Most long-running projects need to manage changes to the database schema of the system and data migrations in some way. As the system evolves new datatypes/tables and properties/columns are added, some are removed and others are changed. Relationships between objects also change in unpredictable ways so that you have to deal with these changes in some way. Not all changes are equal in nature, so we handle them differently!
One tool we use to manage our database is liquibase. The units of change are called migrations and are logged in the database itself (table “databasemigrations”) so that you can actually see in which state the schema is. Our experience using such tools for several years is very positive because there is no manual work on the database of some production system needed and new installations automatically create the database schema matching the running software. There are however a few situations when you want to do things manually. So we identified three types of changes and defined how to handle them:
1. structural changes
Structural changes modify the database schema but no data. In some cases you have to care about the default values for
not null columns. These changes are handled by database management/versioning tools. They are relevant for all instances and specific for each deployed version of the system. The changes are stored with the source code under version control. Most of the time they are needed when extending the functionality of the system and implementing new features. In SQL the typical commands are
2. data rule changes
Changes to the way how the data is stored we call data rule changes. Examples for this are changing the representation of an enum from integer to string or a relation from one-to-many to many-to-many. In such a case the schema and importantly existing data has to be changed. For these migrations you do not need explicit ids of an object in the database but you change all entries in the same way according to the new rules. The changes can be applied to each instance of the system that is update to the new database (and software) version. Like structural changes they are executed using the database migration tool and stored under version control. The typical SQL command after the involveld structural changes needed is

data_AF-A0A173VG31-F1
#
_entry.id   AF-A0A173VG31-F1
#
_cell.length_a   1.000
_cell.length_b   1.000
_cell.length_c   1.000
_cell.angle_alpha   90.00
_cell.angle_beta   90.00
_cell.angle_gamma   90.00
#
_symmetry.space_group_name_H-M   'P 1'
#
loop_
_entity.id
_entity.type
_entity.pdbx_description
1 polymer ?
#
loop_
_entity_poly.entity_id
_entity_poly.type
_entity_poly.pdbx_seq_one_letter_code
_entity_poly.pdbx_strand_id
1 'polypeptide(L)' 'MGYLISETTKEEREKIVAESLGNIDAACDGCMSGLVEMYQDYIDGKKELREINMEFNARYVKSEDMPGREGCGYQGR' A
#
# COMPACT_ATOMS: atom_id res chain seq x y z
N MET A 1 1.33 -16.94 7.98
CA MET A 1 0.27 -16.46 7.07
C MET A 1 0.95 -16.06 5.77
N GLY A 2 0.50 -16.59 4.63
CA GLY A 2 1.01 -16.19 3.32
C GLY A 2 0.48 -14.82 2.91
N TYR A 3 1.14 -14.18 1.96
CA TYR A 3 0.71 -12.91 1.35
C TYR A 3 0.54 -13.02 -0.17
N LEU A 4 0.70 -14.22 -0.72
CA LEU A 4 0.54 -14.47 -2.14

UPDATE with an where clause and sometimes
CASE WHEN statements.
3. data modifications
Sometimes you have to change individual data sets of one instance of a system. That may be because of a bug in the software or corrupted/wrong entries that cannot by fixed using the system itself, e.g. as super user. Here you fix the entries of one instance of the system manually or with a SQL script. You will usually name specific object ids of the database and perform these exact changes only on this instance. It may be necessary to perfom similar tasks on other instances using different object ids. Because of this one-time and instance-specific nature of the changes we do not use a migration tool but some kind of SQL shell. Such manual changes have to be performed with extra caution and need to be thoroughly documented, e.g. in your issue tracker and wiki. If possible use a non-destructive approach and make backups of the data before executing the changes. Typical SQL statements are
DELETE containing ids or business keys.
With categories and guidelines above developers can easily figure out how to deal with changes to the database. They can keep the software, database schema and customer data up-to-date, nice and clean over many years while improving and evolving the system and managing several instances running possibly different versions of the system.